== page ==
Federal Reserve Minutes: Higher… But Not Too High

Bet_Noire

By James Knightley and Padhraic Garvey, CFA

The minutes to the Federal Reserve’s July FOMC meeting point to ongoing rate hikes to ensure that inflation and inflation expectations don’t become embedded. However, “many” participants fear they could end up going too far into restrictive territory, which suggests a clear chance the Fed ends up reversing course next year.

Rates to rise further, but more slowly

The minutes to the July Federal Open Market Committee meeting suggest the Fed will remain on a tightening path, but there are signs some officials are getting a little nervous that they could end up going too hard and may need to reverse course eventually. “Ongoing increases in the target range for the federal funds rate would be appropriate” with policy needing to move to a “restrictive stance”, but that “it likely would become appropriate at some point to slow the pace of policy rate increases”.

That is as hawkish as it gets. No discussion it seems of a once mooted 100bp hike for July. Instead, there is an acknowledgement from “a number of participants” regarding signs that the economy was reacting to policy actions “more rapidly than had historically been the case”. While recognising the need to prevent inflation from becoming entrenched, “many participants remarked… there was also a risk that the Committee could tighten the stance of policy by more than necessary to restore price stability”.

50bp and 75bp still in play for September, but growing chance of 2023 cuts

There is no real forward-looking guidance unlike the June minutes when the Fed suggested July was either going to be a 50bp or a 75bp hike. We have another jobs report and another CPI report plus the Fed’s Jackson Hole conference starting next week, so there will be plenty of chance for the Fed to try to shape expectations. It is still all to play for with the market continuing to hedge its bets, pricing 63bp of hikes at the September FOMC meeting.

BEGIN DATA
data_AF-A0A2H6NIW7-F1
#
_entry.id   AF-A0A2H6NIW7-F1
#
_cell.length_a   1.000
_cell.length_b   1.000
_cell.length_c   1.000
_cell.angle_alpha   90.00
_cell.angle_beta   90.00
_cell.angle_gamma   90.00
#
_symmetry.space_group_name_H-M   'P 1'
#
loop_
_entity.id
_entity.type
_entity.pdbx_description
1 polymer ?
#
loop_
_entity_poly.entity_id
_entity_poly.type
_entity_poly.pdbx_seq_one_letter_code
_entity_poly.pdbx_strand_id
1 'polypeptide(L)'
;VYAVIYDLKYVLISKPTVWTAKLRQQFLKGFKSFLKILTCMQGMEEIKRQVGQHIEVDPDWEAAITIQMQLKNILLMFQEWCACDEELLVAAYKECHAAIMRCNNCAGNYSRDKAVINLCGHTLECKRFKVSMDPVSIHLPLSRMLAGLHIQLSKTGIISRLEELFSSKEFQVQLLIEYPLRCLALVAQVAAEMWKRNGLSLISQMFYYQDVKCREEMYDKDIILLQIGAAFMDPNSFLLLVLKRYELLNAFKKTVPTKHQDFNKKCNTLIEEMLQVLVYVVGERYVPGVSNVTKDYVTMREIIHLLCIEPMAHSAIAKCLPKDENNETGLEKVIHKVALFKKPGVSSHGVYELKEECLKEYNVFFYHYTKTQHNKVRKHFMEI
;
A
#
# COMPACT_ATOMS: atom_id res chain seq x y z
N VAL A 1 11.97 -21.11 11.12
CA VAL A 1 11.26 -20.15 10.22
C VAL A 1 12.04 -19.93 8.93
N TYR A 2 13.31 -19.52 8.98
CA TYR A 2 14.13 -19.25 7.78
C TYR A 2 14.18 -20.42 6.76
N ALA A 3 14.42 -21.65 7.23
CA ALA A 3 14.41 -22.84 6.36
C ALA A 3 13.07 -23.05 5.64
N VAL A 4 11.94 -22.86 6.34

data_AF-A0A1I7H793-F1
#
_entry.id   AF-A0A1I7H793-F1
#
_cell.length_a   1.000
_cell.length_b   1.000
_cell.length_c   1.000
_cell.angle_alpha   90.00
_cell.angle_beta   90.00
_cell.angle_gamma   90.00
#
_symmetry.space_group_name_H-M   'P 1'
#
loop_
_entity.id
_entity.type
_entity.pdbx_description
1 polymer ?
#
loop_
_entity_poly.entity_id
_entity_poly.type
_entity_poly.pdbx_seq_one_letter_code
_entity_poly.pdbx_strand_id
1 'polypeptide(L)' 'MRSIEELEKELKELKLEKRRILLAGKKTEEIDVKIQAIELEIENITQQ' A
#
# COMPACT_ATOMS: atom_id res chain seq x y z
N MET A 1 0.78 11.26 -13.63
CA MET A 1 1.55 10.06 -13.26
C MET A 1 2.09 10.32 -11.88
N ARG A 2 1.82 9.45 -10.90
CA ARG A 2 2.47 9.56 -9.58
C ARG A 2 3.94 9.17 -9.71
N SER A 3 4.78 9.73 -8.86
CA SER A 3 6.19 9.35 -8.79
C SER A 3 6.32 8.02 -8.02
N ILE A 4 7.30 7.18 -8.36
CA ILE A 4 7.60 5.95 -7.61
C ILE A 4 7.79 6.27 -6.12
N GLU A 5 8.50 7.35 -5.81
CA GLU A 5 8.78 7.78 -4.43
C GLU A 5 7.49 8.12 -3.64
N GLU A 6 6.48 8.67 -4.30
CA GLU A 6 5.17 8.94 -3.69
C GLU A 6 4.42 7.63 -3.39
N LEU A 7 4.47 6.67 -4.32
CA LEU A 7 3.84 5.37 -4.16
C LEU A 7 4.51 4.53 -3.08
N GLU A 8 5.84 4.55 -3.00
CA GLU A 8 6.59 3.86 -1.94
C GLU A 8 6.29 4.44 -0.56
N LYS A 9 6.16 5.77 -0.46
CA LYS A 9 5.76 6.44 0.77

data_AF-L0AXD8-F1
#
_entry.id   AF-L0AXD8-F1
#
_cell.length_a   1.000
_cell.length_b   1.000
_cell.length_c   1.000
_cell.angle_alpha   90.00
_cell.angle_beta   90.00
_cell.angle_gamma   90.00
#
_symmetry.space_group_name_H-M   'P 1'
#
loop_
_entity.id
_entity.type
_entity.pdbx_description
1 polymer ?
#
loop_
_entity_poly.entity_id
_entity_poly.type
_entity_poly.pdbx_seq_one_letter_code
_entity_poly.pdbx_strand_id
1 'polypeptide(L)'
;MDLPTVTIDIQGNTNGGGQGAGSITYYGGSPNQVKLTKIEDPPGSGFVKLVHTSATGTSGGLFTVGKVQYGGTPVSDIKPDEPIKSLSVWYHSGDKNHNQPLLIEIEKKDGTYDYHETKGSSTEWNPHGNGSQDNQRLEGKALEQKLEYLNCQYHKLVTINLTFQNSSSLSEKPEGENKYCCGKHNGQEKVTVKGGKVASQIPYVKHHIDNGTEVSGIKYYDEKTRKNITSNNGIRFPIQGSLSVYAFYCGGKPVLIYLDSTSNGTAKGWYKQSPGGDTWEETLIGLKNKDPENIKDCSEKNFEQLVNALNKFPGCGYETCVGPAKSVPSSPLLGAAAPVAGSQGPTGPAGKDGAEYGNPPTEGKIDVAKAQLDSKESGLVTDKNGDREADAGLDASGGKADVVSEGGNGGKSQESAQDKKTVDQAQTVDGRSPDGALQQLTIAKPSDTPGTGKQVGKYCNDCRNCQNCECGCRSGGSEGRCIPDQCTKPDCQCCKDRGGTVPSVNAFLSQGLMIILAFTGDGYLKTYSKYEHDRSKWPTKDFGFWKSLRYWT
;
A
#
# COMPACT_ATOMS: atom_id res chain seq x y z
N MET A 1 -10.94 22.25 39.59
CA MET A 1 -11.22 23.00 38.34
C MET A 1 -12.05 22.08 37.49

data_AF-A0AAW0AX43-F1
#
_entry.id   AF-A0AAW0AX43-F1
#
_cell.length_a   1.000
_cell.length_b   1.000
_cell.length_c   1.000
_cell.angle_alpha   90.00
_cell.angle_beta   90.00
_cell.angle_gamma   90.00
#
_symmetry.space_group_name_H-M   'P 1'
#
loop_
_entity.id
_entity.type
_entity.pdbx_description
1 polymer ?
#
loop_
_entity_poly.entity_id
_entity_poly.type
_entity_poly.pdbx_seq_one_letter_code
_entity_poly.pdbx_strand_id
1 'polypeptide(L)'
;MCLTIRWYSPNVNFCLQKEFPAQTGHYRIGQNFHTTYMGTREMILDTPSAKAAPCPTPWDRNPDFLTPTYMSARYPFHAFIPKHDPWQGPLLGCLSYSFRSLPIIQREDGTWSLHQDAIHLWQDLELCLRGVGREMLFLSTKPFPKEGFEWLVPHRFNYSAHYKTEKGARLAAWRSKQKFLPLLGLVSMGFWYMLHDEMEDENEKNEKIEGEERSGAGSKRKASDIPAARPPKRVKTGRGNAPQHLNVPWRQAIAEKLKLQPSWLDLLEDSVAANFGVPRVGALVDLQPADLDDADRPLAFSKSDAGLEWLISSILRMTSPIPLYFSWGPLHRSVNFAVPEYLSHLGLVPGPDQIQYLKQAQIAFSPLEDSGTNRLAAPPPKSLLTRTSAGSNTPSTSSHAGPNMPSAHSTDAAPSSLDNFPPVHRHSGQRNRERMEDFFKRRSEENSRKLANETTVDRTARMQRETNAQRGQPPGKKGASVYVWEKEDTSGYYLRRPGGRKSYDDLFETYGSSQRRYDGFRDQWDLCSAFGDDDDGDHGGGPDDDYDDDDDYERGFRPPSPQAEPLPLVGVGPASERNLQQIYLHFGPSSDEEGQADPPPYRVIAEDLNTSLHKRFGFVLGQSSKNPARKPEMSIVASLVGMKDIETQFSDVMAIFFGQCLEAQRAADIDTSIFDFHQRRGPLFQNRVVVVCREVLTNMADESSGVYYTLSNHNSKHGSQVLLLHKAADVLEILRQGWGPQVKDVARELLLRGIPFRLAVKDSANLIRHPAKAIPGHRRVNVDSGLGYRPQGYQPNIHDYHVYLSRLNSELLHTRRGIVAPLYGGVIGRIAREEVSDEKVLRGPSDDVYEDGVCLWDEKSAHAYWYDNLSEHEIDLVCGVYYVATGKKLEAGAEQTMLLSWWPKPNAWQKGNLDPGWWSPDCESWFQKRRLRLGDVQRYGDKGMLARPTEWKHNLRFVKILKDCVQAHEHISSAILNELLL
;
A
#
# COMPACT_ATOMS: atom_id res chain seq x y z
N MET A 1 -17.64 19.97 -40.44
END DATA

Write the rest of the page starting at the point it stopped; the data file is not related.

We are still saying 50bp September, 50bp November and 25bp December, but if we got another 350K jobs print for August and CPI failed to show any moderation from the 8.5% headline and 5.9% core, then we would likely switch to a 75bp call for September. However, we do worry that the growth outlook will deteriorate markedly after what should be a decent 3Q GDP print. A China slowdown, European recession and a domestic US housing downturn look set to push the US closer to what might feel like a “real” recession with rate cuts looking a distinct possibility for mid-2023.

Three things stand out from a markets perspective

1. The Fed thinks that real rates are still too low, even as they deem the nominal fed funds rate as being now at a neutral level. Ammunition there for expectations for higher nominal market rates, even though the impact reaction has been to test lower for rates, and for the belly of the curve to richen.

2. The Feds seems to be all over the place when assessing where financial conditions are. They note they are much tighter now (which is true versus where they were at the end of 2021), but at the same time note a relative ease to get access to credit and decent demand for it (which is indicative of a loosening in conditions). Since the minutes, financial conditions have loosened further; not ideal for a Fed that wants to tighten.

3. The Fed seems happy with the functioning of the reverse repo window, at which there is a 2.3% rate on offer. They also note that the doubling in the balance sheet roll-off volumes in the months ahead should ease the usage on the facility. We are certainly beginning to see this, as the usage seems to have plateaued, albeit from staggeringly high levels.

Overall, the market has seen yields fall a tad on the back of the minutes, but not in a dramatic fashion. Looking through this and focusing more on the Fed need to in fact tighten conditions further, market rates should be forced higher despite the impact effect seen.

Content Disclaimer: This publication has been prepared by ING solely for information purposes irrespective of a particular user’s means, financial situation or investment objectives. The information does not constitute investment recommendation, and nor is it investment, legal or tax advice or an offer or solicitation to purchase or sell any financial instrument. Read more. Read more should be linked to: https://think.ing.com/about/disclaimer/

Original Post

Editor’s Note: The summary bullets for this article were chosen by Seeking Alpha editors.

Leave a Reply

Your email address will not be published. Required fields are marked *